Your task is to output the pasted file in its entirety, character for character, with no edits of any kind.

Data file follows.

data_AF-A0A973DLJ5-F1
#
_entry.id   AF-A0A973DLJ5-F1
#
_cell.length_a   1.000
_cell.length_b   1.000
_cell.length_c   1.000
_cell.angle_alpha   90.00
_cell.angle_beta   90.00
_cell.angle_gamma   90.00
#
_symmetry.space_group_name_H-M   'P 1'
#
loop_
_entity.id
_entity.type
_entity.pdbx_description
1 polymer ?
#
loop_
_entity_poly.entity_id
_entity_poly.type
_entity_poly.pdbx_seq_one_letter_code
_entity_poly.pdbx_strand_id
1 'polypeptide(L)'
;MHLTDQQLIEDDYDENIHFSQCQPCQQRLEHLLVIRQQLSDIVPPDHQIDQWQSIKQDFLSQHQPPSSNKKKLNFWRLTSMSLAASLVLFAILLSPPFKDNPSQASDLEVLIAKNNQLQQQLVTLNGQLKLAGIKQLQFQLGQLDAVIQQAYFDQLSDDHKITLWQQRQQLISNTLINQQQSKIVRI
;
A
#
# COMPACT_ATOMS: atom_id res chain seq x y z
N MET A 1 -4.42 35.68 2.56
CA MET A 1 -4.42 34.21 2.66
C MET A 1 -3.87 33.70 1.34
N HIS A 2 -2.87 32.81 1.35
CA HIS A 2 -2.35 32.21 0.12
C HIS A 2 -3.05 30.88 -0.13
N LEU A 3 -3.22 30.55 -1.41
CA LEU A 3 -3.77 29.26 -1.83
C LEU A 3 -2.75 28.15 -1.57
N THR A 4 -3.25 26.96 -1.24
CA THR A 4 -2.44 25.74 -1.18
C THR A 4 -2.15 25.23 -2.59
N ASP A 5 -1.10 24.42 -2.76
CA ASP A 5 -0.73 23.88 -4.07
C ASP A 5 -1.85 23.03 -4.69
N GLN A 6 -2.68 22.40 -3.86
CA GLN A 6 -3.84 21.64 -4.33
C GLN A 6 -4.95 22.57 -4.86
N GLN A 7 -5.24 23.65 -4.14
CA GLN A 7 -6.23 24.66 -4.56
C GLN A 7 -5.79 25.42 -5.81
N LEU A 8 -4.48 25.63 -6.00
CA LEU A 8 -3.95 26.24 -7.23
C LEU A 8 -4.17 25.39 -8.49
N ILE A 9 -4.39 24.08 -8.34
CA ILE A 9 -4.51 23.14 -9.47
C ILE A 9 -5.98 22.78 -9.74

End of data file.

data_AF-A0A973DLJ5-F1
#
_entry.id   AF-A0A973DLJ5-F1
#
_cell.length_a   1.000
_cell.length_b   1.000
_cell.length_c   1.000
_cell.angle_alpha   90.00
_cell.angle_beta   90.00
_cell.angle_gamma   90.00
#
_symmetry.space_group_name_H-M   'P 1'
#
loop_
_entity.id
_entity.type
_entity.pdbx_description
1 polymer ?
#
loop_
_entity_poly.entity_id
_entity_poly.type
_entity_poly.pdbx_seq_one_letter_code
_entity_poly.pdbx_strand_id
1 'polypeptide(L)'
;MHLTDQQLIEDDYDENIHFSQCQPCQQRLEHLLVIRQQLSDIVPPDHQIDQWQSIKQDFLSQHQPPSSNKKKLNFWRLTSMSLAASLVLFAILLSPPFKDNPSQASDLEVLIAKNNQLQQQLVTLNGQLKLAGIKQLQFQLGQLDAVIQQAYFDQLSDDHKITLWQQRQQLISNTLINQQQSKIVRI
;
A
#
# COMPACT_ATOMS: atom_id res chain seq x y z
N MET A 1 -4.42 35.68 2.56
CA MET A 1 -4.42 34.21 2.66
C MET A 1 -3.87 33.70 1.34
N HIS A 2 -2.87 32.81 1.35
CA HIS A 2 -2.35 32.21 0.12
C HIS A 2 -3.05 30.88 -0.13
N LEU A 3 -3.22 30.55 -1.41
CA LEU A 3 -3.77 29.26 -1.83
C LEU A 3 -2.75 28.15 -1.57
N THR A 4 -3.25 26.96 -1.24
CA THR A 4 -2.44 25.74 -1.18
C THR A 4 -2.15 25.23 -2.59
N ASP A 5 -1.10 24.42 -2.76
CA ASP A 5 -0.73 23.88 -4.07
C ASP A 5 -1.85 23.03 -4.69
N GLN A 6 -2.68 22.40 -3.86
CA GLN A 6 -3.84 21.64 -4.33
C GLN A 6 -4.95 22.57 -4.86
N GLN A 7 -5.24 23.65 -4.14
CA GLN A 7 -6.23 24.66 -4.56
C GLN A 7 -5.79 25.42 -5.81
N LEU A 8 -4.48 25.63 -6.00
CA LEU A 8 -3.95 26.24 -7.23
C LEU A 8 -4.17 25.39 -8.49
N ILE A 9 -4.39 24.08 -8.34
CA ILE A 9 -4.51 23.14 -9.47
C ILE A 9 -5.98 22.78 -9.74